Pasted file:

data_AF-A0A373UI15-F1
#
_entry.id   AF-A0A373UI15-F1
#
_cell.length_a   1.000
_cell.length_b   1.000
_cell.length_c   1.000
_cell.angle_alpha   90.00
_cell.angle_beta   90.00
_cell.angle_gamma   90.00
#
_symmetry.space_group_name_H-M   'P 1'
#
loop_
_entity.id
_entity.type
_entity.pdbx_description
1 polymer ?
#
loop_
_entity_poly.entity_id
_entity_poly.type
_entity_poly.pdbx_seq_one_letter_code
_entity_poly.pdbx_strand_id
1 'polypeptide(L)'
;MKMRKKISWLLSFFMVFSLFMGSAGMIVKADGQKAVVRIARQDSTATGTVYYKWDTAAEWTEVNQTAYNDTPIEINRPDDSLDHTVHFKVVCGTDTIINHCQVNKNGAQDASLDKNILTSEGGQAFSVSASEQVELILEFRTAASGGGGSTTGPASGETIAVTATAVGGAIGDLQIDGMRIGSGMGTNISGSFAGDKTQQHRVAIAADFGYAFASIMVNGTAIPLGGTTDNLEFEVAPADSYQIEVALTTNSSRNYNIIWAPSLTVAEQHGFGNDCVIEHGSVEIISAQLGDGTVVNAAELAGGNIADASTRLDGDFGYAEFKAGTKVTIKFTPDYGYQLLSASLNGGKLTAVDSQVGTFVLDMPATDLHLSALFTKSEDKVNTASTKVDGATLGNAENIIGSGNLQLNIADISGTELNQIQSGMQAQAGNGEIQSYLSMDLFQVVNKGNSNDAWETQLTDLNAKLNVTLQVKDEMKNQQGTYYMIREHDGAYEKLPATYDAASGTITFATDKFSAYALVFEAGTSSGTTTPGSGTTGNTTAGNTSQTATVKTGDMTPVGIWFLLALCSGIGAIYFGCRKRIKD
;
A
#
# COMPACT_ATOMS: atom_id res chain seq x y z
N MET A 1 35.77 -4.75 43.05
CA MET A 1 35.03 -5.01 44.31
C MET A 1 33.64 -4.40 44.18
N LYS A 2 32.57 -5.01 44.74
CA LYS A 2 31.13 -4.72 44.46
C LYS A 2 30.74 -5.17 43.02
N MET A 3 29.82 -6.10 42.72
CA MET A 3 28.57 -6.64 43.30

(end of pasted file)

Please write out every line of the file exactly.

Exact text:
data_AF-A0A373UI15-F1
#
_entry.id   AF-A0A373UI15-F1
#
_cell.length_a   1.000
_cell.length_b   1.000
_cell.length_c   1.000
_cell.angle_alpha   90.00
_cell.angle_beta   90.00
_cell.angle_gamma   90.00
#
_symmetry.space_group_name_H-M   'P 1'
#
loop_
_entity.id
_entity.type
_entity.pdbx_description
1 polymer ?
#
loop_
_entity_poly.entity_id
_entity_poly.type
_entity_poly.pdbx_seq_one_letter_code
_entity_poly.pdbx_strand_id
1 'polypeptide(L)'
;MKMRKKISWLLSFFMVFSLFMGSAGMIVKADGQKAVVRIARQDSTATGTVYYKWDTAAEWTEVNQTAYNDTPIEINRPDDSLDHTVHFKVVCGTDTIINHCQVNKNGAQDASLDKNILTSEGGQAFSVSASEQVELILEFRTAASGGGGSTTGPASGETIAVTATAVGGAIGDLQIDGMRIGSGMGTNISGSFAGDKTQQHRVAIAADFGYAFASIMVNGTAIPLGGTTDNLEFEVAPADSYQIEVALTTNSSRNYNIIWAPSLTVAEQHGFGNDCVIEHGSVEIISAQLGDGTVVNAAELAGGNIADASTRLDGDFGYAEFKAGTKVTIKFTPDYGYQLLSASLNGGKLTAVDSQVGTFVLDMPATDLHLSALFTKSEDKVNTASTKVDGATLGNAENIIGSGNLQLNIADISGTELNQIQSGMQAQAGNGEIQSYLSMDLFQVVNKGNSNDAWETQLTDLNAKLNVTLQVKDEMKNQQGTYYMIREHDGAYEKLPATYDAASGTITFATDKFSAYALVFEAGTSSGTTTPGSGTTGNTTAGNTSQTATVKTGDMTPVGIWFLLALCSGIGAIYFGCRKRIKD
;
A
#
# COMPACT_ATOMS: atom_id res chain seq x y z
N MET A 1 35.77 -4.75 43.05
CA MET A 1 35.03 -5.01 44.31
C MET A 1 33.64 -4.40 44.18
N LYS A 2 32.57 -5.01 44.74
CA LYS A 2 31.13 -4.72 44.46
C LYS A 2 30.74 -5.17 43.02
N MET A 3 29.82 -6.10 42.72
CA MET A 3 28.57 -6.64 43.30